Do you ever get the feeling that you’re missing out? Would this drive you to sulk at home, pretend it’s something you don’t want, or find out how you can join in? Meet Suzanne Perkins, who made it her business to get physical and start cycling so that she could share in the experience that her husband and son had when running marathons.
Suzanne has a back injury and nerve damage to her foot, which means that running is not a possibility. Through physio treatment, she finally asked the question about cycling – and was told that this was something she could do. Cycling is a world away from previous hobbies like quilting and music, and the first step was to buy a bike. This was a hybrid bike with the lowest step through she could find so that, with her back injury she could actually get on the bike.
As is common with new toys, this sat in the garage for a good long while until a casual conversation with friends led to the idea of a group bike ride. Fuelled by the fear of not keeping up, Suzanne got her bike out for some sneaky training.
The group ride, left her feeling a bit disappointed: it was only 6 miles. This was 2014 and it was the start of something. Wanting to put some of her training into practice, Suzanne entered a women’s only sportive. She entered the shortest distance (12 miles that turned out to be 15 miles) and went round the course so fast that her husband hadn’t made it to the finish to see her back in.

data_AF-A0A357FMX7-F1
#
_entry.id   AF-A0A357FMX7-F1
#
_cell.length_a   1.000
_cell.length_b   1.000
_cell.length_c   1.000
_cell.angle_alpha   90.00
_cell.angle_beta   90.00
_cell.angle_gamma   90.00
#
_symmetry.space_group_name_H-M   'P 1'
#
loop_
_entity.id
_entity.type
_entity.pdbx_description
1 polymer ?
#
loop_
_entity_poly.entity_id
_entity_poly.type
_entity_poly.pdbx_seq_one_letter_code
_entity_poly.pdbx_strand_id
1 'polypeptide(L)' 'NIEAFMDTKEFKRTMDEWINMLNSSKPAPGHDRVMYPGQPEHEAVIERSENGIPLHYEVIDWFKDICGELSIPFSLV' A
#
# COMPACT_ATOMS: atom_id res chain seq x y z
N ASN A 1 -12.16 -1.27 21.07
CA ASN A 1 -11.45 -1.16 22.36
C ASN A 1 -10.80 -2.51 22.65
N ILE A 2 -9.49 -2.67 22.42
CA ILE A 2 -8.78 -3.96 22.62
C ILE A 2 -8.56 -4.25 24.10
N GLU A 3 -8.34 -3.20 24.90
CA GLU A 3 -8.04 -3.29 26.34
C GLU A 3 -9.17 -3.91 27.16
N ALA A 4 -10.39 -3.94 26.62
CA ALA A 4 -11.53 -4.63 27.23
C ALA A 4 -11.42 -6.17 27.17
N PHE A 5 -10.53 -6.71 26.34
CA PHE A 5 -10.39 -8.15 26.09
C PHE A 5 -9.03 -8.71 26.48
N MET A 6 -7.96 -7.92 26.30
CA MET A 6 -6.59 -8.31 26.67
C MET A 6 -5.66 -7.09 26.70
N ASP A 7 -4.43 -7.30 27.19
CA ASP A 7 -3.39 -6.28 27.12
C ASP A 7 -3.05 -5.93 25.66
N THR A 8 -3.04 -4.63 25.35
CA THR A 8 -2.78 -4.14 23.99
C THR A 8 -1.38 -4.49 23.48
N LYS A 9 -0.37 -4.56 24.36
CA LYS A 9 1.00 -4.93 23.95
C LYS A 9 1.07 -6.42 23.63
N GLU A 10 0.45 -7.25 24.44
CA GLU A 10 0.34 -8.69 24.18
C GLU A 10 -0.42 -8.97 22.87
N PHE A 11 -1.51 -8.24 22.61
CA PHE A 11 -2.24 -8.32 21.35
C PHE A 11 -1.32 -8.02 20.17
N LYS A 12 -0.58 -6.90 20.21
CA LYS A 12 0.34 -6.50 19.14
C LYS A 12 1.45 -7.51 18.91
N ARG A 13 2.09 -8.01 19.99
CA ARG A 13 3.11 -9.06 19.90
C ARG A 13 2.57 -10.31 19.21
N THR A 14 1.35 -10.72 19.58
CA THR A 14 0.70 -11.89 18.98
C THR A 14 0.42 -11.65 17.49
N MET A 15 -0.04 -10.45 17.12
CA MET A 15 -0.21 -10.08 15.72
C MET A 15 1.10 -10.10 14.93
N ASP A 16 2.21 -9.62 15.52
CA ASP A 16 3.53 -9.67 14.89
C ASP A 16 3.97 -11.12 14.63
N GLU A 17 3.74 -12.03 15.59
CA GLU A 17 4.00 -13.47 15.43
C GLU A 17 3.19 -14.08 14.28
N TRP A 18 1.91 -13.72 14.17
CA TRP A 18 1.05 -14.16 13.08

It hasn’t all been plain sailing. A fall from the bike and a broken leg, which would have put a lot of people off, led to even more determination. This was fully supported by the family: whilst in recovery a Christmas present of entry into the local sportive was received!
This year, in celebration of her 60th birthday, Suzanne will be tackling 100 miles in the Ride London event. Prior to this she’ll be cycling 86 miles in the hilly Welsh countryside and has just returned from a training camp on Dartmoor. Her first celebration was a family trip to the Olympic velodrome: riding on the track, not watching.
In our conversation, I posed the question on how a non-sporty, non-outdoorsy lady can transform into a cycling whizz. The main drive is to share the experience: of training, of racing, of recovering – doing and achieving – with her family who are all keen athletes. In particular there’s inspiration and encouragement from her son who wants Mum to be fit and healthy.
Mixing with like-minded people, developing an appreciation for the surroundings and noticing the change in seasons all keep Suzanne focused and out on her bike all year round. In cycling you can go at your own pace and in endurance rides challenge your mind as well as your body. When you want to give up 9 miles into a 50 mile ride, it takes some strength to keep going.
And that’s something that you can take into the rest of life: Suzanne has noticed that she’s braver than she’s ever been and not afraid to have a go at new things.
I can’t wait to hear about what’s coming up next. I know there could be mountain biking involved, because there’s been a recent purchase. But who knows what else?
I asked for some tips for anyone contemplating getting active and she said just try things. Keep going until you find the thing that you love and then it becomes easy.